September 23, 2014

Scrolling Headlines:

First SGA meeting begins with a new Senate -

Tuesday, September 23, 2014

People’s climate march: student voices -

Tuesday, September 23, 2014

Jenny Dell speaks to UMass students as part of Homecoming week -

Tuesday, September 23, 2014

Return to McGuirk: Students anticipate a ‘hyped,’ intimate environment at Homecoming -

Tuesday, September 23, 2014

Close games have doomed UMass field hockey, but Sam Carlino remains a bright spot in net -

Tuesday, September 23, 2014

UMass women’s soccer recuperating at midway point of season -

Tuesday, September 23, 2014

UMass club rugby blows out Middlebury 38-5 -

Tuesday, September 23, 2014

Ohio takes care of business against Idaho, Buffalo rolls over Norfolk State -

Tuesday, September 23, 2014

Fox’s ‘Gotham’ puts superhero spin on the cop procedural -

Tuesday, September 23, 2014

Facebook: A social disease -

Tuesday, September 23, 2014

More than 500 students gather at Townehouse Apartments over weekend -

Tuesday, September 23, 2014

UMass system sees record-breaking endowment -

Tuesday, September 23, 2014

Research by UMass scientist could lead to development of new antibiotics -

Tuesday, September 23, 2014

British DJ Bonobo to headline Pearl Street Wednesday -

Tuesday, September 23, 2014

Sex positivity promotes healthy sexuality -

Tuesday, September 23, 2014

Indie band Tennis to rock Pearl Street Saturday night -

Tuesday, September 23, 2014

Season-ticket holders excited to be a part of new era of UMass football -

Monday, September 22, 2014

Chiarelli: UMass can’t squander Saturday’s ‘must win’ affair -

Monday, September 22, 2014

‘Destiny’ videogame does not reach potential -

Monday, September 22, 2014

How one Facebook post made me an SGA senator (and why we need to fix it) -

Monday, September 22, 2014

Trashy Chief Keef album regresses rap back to stereotypes

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Overall, 2012 was a good year for hip-hop releases. T.I. made a startling comeback with “Trouble Man: Heavy Is the Head,” Nas had the surprisingly fantastic “Life Is Good” and, of course, the man everyone is raving about, Kendrick Lamar shot to the limelight with “Good Kid, M.A.A.D. City.”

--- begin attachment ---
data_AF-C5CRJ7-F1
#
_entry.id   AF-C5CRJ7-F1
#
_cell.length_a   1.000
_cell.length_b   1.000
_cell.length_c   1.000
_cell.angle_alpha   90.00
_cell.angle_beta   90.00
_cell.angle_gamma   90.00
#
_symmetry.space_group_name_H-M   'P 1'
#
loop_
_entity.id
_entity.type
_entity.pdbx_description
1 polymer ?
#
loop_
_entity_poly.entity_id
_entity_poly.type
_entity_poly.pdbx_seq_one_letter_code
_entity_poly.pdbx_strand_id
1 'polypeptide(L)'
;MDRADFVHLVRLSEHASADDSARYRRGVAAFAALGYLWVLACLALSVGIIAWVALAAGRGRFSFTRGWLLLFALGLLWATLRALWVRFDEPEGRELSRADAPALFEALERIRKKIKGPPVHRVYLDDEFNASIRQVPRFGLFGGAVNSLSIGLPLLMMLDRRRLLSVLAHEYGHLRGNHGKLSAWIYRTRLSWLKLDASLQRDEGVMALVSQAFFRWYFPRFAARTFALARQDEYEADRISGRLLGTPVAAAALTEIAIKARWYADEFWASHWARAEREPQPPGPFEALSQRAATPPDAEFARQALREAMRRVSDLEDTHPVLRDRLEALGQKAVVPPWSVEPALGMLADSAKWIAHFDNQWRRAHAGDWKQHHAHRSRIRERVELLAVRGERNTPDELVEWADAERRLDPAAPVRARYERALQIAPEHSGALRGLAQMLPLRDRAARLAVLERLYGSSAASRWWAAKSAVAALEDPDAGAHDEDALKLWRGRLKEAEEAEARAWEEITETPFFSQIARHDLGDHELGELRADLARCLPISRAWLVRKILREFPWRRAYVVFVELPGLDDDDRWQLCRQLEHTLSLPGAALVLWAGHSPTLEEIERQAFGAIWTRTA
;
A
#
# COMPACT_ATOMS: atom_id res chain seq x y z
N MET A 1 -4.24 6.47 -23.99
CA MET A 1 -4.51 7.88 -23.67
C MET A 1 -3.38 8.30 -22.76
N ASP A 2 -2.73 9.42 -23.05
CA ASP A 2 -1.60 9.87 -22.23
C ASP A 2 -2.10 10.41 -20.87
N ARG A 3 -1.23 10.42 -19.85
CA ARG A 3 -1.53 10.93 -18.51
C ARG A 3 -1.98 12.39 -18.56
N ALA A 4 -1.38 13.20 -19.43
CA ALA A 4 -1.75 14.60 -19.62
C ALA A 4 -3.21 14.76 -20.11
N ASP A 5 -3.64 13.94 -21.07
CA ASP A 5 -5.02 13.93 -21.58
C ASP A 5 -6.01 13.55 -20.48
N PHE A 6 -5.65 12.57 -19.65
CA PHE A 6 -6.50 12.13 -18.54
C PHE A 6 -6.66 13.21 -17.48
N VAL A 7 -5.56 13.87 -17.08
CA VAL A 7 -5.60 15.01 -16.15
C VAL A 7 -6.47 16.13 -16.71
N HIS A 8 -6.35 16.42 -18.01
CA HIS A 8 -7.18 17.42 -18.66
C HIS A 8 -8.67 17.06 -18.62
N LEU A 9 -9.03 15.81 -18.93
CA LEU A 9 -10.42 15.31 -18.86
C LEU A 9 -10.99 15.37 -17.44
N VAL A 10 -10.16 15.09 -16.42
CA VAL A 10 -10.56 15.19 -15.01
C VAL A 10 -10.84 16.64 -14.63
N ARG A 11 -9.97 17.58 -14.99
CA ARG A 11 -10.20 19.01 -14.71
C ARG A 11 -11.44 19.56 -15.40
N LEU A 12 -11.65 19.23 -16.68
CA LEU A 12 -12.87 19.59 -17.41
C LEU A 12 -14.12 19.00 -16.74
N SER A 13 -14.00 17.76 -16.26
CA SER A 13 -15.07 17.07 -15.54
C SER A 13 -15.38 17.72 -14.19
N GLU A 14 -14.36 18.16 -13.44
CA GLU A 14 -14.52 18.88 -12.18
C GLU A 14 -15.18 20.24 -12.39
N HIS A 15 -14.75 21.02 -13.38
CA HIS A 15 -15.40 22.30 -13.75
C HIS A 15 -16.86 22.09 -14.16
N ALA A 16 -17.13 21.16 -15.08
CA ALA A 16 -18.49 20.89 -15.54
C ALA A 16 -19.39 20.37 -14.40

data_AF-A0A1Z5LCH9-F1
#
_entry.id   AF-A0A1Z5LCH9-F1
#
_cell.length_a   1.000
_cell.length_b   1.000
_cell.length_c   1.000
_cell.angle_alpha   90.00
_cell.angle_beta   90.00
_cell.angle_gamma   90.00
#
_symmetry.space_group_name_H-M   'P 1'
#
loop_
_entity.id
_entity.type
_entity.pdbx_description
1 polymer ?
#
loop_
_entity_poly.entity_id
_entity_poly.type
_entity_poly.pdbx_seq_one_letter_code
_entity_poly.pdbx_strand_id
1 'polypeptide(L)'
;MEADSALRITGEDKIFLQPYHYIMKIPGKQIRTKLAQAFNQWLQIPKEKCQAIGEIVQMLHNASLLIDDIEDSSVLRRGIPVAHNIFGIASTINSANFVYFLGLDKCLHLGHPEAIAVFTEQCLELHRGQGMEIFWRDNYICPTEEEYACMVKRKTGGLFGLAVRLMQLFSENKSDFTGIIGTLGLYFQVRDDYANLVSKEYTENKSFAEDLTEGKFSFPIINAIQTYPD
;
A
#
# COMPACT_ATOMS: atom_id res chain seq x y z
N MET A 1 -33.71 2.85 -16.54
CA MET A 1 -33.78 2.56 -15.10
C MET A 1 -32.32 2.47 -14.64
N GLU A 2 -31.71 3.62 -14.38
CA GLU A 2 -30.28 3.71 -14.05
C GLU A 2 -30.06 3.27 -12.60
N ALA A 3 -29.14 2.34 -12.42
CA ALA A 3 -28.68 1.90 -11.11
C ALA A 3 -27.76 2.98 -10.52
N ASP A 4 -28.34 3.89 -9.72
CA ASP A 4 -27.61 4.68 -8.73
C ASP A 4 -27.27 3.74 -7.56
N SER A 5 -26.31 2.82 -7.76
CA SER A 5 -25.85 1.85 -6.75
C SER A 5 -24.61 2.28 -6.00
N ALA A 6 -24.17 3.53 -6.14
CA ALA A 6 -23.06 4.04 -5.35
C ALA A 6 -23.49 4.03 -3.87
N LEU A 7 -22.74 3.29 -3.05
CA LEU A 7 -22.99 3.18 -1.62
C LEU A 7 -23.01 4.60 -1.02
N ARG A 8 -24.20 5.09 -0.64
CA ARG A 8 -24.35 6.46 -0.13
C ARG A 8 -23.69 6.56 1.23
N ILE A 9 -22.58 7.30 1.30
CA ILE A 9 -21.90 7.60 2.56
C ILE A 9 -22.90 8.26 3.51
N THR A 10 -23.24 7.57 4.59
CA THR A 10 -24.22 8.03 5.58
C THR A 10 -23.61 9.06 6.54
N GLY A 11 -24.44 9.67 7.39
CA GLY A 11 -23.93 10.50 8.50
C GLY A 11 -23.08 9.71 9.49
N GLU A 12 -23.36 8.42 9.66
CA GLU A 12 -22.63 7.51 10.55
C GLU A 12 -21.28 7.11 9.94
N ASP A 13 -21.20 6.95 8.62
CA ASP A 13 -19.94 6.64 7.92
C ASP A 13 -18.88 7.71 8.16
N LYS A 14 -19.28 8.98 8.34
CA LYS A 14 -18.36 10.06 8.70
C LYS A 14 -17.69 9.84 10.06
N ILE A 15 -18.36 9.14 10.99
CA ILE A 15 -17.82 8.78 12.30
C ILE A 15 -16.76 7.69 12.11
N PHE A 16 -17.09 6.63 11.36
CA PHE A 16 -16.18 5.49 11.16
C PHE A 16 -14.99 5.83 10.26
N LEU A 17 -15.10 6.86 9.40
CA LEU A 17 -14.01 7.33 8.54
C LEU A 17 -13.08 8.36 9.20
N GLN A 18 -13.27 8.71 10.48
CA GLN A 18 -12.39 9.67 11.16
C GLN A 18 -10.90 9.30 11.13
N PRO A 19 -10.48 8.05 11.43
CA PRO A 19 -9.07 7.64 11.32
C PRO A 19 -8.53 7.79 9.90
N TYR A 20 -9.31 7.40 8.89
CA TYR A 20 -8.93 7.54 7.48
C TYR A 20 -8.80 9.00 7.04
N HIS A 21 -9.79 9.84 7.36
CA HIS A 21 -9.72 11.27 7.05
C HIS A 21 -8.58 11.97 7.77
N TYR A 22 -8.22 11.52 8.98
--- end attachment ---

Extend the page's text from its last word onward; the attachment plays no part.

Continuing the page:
It is a little disheartening then to see Chief Keef bring out the worst of the genre with his debut album “Finally Rich.” Lyrically weak and rhythmically challenged, Keef has done himself no favors with music critics anywhere.

The majority of rhymes on the album represent why rap is a genre that is so heavily criticized for being violent, misogynistic and encouraging of a drug-induced lifestyle. At times, it gets so ridiculous that it’s almost as if “Finally Rich” is a parody of stereotypical gangsta rap.

The perfect example of this would be the song “Hate Bein’ Sober,” which features 50 Cent and Wiz Khalifa. Part of the chorus reads: “When we roll up bitches be on us/So the hoes that love smoking and love drinking/Anti-sober for no reason/Cause we can’t spell ‘sober.’”

Enough said.

It is important to keep in mind that Keef’s fan-base is not one that consists of people who are hoping to find some profound message in his lyrics; the tracks on “Finally Rich” are more hip-pop than hip-hop, only there to entertain and sound good with a catchy beat, and here is where the problem lies – Keef does not fully accomplish that either.

The songs on the album are all so similar sounding from start to finish that they start getting annoying and lose significant replay value. Khalifa is an example of an artist who is just as bad content wise, but he manages to make every song so different sounding that it is much easier to overlook his lack of lyrical prowess. This is the main flaw of the album. It does not manage to be a fun album you can bump in the car or at a party. It simply gets monotonous too quickly.

There are only two factors that save “Finally Rich” from being the worst hip-hop album of 2012. First, there is the fact that you cannot deny that the music is mostly strong even though there is no lyrical substance to back it up.  “I Don’t Like,” “No Tomorrow,” “Kay Kay” and “Laughin’ to the Bank” are all songs that feature fresh sounding production, with beats that boom with the right amount of bass.

It comes as no surprise then that Kanye West, one of the most original and inventive producers in the industry today, chose to remix “I Don’t Like,” though his edit ended up being better than Keef’s original.

Secondly, as borderline idiotic as some of the lyrical content is, Keef becomes pretty endearing by the end of the album. After 15 tracks of hearing him brag about his recently acquired riches and fame, one can’t help but feel happy for him. His confidence is consistently sky high, and that’s something that nobody can take away from him at these early stages of his career.

It’ll be interesting to see whether Keef chooses to do something different on his sophomore effort than he has with “Finally Rich.” The potential is there, but he needs drastic improvement lyrically.

Ayush Kumar can be reached at ayush@student.umass.edu.

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